The West wanted in. They got in. And they kicked some ass.
That’s the story of the Manitoba Combines, a consortium of University of Winnipeg and University of Manitoba athletes who managed to cobble together a team of frisbee fanatics just in time to win the Canadian University Ultimate Championships (CUUC) in mid-October.
“I think we took it as a source of pride to be the unknown underdogs and then to go in there and kick some ass and win,” said Joe Wasylycia-Leis, a U of W student who has been playing Ultimate for local teams since 2004.
The Manitoba Combines, who derive their name more so from the spirit of cooperation than from agricultural production, were the only team representing Western Canada at the CUUC, held in Waterloo, Ontario from October 14-16.
Over the course of three days, the team played nine games against their eastern rivals in challenging weather conditions, with severe rain and wind gusting up to 60 kilometres an hour.
The Combines only lost one game the entire weekend, in a close contest with Carleton University on the second day.
Eventually, however, they gained redemption by pummelling the Ottawa-based university in a vengeful semi-final match.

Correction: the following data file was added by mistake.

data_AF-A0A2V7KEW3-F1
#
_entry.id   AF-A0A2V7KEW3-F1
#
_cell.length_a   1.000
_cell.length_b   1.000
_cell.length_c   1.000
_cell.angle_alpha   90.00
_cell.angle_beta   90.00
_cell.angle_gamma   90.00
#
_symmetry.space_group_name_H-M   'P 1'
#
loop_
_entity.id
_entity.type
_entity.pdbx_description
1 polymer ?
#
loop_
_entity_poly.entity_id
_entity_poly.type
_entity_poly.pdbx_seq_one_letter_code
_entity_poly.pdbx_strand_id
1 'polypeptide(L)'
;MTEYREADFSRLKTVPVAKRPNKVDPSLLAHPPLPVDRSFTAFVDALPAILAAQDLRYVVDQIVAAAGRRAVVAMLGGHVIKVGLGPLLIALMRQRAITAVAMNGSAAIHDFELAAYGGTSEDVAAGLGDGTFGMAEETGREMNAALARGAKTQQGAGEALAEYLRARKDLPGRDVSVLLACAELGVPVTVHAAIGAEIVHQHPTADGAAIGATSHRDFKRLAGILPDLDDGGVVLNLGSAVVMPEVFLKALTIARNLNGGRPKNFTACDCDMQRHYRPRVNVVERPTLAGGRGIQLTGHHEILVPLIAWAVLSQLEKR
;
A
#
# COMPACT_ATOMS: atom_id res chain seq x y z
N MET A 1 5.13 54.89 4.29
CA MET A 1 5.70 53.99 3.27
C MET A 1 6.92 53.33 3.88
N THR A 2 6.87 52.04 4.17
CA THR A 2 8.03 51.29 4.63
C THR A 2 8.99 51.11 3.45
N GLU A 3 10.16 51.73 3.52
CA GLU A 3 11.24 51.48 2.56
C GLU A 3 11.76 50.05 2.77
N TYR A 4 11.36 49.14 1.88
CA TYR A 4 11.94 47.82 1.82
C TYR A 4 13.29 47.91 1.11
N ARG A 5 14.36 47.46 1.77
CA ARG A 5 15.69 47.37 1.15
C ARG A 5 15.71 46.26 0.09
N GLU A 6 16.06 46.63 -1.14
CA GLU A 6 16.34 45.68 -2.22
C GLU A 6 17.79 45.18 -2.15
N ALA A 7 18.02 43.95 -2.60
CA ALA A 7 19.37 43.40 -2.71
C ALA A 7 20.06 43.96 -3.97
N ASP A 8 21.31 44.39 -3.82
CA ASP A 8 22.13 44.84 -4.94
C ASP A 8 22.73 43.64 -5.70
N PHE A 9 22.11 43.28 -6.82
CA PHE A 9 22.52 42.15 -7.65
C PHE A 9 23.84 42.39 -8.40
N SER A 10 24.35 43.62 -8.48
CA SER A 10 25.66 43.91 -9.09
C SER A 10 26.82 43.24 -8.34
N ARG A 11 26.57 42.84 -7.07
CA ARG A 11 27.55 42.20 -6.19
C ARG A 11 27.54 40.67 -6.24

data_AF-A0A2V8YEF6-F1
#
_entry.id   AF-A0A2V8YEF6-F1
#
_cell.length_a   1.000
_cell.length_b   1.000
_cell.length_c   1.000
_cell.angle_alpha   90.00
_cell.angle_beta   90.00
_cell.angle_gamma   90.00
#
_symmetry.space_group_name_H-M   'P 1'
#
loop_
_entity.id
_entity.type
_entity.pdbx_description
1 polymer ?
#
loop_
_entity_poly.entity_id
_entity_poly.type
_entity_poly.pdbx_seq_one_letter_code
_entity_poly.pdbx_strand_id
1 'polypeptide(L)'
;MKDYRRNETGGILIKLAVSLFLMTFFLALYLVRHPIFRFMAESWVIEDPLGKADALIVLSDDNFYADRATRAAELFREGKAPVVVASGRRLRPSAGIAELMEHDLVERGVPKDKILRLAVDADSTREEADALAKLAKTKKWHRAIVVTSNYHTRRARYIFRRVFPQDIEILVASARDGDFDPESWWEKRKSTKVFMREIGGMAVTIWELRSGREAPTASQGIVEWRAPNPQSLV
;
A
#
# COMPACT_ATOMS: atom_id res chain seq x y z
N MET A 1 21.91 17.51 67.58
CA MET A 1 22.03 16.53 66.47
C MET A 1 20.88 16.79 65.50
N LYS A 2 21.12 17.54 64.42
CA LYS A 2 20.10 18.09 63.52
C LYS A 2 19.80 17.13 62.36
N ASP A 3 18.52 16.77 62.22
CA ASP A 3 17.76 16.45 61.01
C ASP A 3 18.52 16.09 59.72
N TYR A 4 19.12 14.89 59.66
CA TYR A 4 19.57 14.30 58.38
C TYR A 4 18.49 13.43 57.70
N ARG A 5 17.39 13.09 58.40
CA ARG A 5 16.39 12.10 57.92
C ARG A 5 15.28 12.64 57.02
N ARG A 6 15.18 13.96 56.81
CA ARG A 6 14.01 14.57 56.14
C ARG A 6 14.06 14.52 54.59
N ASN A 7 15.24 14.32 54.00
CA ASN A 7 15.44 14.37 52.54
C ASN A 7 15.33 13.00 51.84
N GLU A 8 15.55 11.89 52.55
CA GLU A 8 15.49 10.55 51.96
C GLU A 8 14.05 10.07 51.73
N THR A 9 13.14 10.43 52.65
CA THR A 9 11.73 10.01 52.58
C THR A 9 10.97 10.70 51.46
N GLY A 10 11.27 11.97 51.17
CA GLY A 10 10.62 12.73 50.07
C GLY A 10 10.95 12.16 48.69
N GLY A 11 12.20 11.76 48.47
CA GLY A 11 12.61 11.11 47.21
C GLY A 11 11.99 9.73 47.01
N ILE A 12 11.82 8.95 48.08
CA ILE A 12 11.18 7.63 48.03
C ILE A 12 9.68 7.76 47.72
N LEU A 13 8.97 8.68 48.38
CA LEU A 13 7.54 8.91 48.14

“We destroyed their fields,” said Wasylycia-Leis of the muddy and rain-soaked fields, adding that the Carleton win is rivalled only by the final, championship match against Queen’s University.
Due to much clearer weather, the two teams tensely swapped points throughout the game, Wasylycia-Leis said.
Ultimately, though, it was their focus and determination that gave the Combines the edge they needed against Queen’s, an undeniably tough eastern team.
“We practised for a month and we came together for the sole purpose of going to the tournament and winning.”
Sean Brooks, a fourth-year accounting student at the U of M and one of the team captains, says winning the tournament was particularly meaningful for the Combines, a close-knit team of veteran Ultimate athletes.
“We’ve all been playing with or against each other since high school, so the finals were definitely the highlight of the weekend,” he said.
The majority of the men comprising the team, which was created solely for the CUUC, have played for either Winnipeg’s junior touring team; the Masters of Flying Objects (MOFO), or for the more advanced, competitive touring team; the Winnipeg General Strike.
For Wasylycia-Leis, tournaments like the CUUC are important in raising the profile of a sport that gets little public attention.
“People don’t realize that high level Ultimate is a really physically demanding and competitive and aggressive sport,” he said.
“It combines the defensive strategies of basketball with the concept of football scoring, with the running of soccer and with the passing of hockey. You’ve really got to be on your game. Ultimate is definitely a serious sport.”
Published in Volume 66, Number 12 of The Uniter (November 17, 2011)